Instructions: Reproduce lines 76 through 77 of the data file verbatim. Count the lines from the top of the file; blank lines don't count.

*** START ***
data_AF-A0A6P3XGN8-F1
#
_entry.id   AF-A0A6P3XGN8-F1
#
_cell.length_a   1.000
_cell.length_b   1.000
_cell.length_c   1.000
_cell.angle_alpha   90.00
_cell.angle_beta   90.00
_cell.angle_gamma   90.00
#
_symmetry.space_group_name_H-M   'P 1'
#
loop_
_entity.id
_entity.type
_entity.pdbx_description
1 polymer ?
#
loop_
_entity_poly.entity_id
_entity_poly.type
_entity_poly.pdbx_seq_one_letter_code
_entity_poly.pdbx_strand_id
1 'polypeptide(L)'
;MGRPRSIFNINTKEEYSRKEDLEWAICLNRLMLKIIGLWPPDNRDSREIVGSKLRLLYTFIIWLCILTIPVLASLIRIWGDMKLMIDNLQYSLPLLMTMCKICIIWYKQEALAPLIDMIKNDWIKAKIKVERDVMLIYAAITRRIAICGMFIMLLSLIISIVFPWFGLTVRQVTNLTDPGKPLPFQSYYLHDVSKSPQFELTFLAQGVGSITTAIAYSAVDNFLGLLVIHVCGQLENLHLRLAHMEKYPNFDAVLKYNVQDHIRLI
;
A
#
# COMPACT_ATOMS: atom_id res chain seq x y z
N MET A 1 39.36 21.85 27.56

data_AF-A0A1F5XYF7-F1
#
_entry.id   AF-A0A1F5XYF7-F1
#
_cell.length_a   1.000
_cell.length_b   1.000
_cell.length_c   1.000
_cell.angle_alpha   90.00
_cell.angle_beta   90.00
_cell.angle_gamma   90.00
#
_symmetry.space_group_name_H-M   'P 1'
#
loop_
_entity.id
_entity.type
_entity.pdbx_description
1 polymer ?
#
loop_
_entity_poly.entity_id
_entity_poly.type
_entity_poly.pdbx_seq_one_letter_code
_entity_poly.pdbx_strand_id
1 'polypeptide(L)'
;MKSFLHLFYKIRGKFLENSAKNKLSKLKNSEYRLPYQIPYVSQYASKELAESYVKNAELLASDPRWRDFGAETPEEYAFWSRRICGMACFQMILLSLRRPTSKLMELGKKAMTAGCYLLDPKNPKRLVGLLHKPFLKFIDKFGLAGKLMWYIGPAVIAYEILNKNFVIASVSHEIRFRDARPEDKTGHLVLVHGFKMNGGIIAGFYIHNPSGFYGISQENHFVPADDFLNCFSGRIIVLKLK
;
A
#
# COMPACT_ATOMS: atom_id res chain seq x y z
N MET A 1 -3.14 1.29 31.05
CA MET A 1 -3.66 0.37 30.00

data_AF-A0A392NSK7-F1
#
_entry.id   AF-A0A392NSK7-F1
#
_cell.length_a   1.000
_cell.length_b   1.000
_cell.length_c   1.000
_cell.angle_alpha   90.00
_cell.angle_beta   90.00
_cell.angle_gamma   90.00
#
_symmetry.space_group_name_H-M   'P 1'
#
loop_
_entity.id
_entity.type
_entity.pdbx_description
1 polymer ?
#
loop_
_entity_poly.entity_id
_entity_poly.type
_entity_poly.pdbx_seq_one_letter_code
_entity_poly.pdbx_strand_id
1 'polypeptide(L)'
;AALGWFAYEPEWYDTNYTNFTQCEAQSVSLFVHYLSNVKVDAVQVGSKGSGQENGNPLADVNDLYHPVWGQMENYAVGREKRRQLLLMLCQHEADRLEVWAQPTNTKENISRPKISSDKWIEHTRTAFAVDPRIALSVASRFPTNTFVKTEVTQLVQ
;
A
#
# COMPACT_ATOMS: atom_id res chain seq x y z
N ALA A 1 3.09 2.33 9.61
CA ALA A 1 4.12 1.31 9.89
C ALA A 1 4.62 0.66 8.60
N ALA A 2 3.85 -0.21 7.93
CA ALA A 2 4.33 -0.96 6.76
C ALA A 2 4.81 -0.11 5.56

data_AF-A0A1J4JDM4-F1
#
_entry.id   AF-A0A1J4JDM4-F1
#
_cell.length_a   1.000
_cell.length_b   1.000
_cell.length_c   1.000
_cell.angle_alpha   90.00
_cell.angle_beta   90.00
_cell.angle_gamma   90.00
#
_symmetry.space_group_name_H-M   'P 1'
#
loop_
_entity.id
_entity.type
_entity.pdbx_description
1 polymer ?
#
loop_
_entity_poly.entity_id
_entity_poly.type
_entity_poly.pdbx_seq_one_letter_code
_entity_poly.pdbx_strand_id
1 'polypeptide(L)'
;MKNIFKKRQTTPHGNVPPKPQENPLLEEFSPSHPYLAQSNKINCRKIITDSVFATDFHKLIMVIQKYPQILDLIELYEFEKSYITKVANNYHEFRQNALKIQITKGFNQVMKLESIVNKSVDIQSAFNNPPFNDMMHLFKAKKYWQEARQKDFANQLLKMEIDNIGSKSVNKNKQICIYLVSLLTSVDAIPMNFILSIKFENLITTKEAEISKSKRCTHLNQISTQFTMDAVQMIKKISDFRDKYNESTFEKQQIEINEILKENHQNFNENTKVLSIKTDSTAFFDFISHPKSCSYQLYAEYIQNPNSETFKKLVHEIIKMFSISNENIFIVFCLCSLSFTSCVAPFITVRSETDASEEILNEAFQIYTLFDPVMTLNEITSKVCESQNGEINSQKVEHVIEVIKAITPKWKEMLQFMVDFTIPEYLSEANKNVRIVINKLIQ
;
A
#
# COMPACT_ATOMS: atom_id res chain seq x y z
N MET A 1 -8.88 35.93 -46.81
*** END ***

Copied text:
#
loop_